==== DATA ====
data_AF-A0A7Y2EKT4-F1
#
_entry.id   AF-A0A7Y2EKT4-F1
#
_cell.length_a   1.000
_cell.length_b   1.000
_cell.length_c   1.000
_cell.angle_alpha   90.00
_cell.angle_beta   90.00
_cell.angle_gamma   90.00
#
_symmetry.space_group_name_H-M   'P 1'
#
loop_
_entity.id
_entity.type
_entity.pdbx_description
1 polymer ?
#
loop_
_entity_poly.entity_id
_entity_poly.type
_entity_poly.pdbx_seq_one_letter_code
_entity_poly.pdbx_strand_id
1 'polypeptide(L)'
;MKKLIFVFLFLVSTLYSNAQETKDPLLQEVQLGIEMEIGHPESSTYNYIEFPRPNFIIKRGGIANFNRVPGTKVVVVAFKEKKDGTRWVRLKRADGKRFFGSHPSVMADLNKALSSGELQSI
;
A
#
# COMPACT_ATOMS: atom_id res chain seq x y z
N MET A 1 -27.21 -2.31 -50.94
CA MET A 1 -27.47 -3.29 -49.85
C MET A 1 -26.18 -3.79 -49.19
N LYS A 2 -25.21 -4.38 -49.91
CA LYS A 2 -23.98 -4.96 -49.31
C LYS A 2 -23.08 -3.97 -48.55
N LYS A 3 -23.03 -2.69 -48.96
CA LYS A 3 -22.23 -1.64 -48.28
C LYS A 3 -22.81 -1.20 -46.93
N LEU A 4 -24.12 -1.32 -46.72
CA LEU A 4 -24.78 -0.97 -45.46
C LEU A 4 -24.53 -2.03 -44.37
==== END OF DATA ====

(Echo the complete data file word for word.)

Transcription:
data_AF-A0A7Y2EKT4-F1
#
_entry.id   AF-A0A7Y2EKT4-F1
#
_cell.length_a   1.000
_cell.length_b   1.000
_cell.length_c   1.000
_cell.angle_alpha   90.00
_cell.angle_beta   90.00
_cell.angle_gamma   90.00
#
_symmetry.space_group_name_H-M   'P 1'
#
loop_
_entity.id
_entity.type
_entity.pdbx_description
1 polymer ?
#
loop_
_entity_poly.entity_id
_entity_poly.type
_entity_poly.pdbx_seq_one_letter_code
_entity_poly.pdbx_strand_id
1 'polypeptide(L)'
;MKKLIFVFLFLVSTLYSNAQETKDPLLQEVQLGIEMEIGHPESSTYNYIEFPRPNFIIKRGGIANFNRVPGTKVVVVAFKEKKDGTRWVRLKRADGKRFFGSHPSVMADLNKALSSGELQSI
;
A
#
# COMPACT_ATOMS: atom_id res chain seq x y z
N MET A 1 -27.21 -2.31 -50.94
CA MET A 1 -27.47 -3.29 -49.85
C MET A 1 -26.18 -3.79 -49.19
N LYS A 2 -25.21 -4.38 -49.91
CA LYS A 2 -23.98 -4.96 -49.31
C LYS A 2 -23.08 -3.97 -48.55
N LYS A 3 -23.03 -2.69 -48.96
CA LYS A 3 -22.23 -1.64 -48.28
C LYS A 3 -22.81 -1.20 -46.93
N LEU A 4 -24.12 -1.32 -46.72
CA LEU A 4 -24.78 -0.97 -45.46
C LEU A 4 -24.53 -2.03 -44.37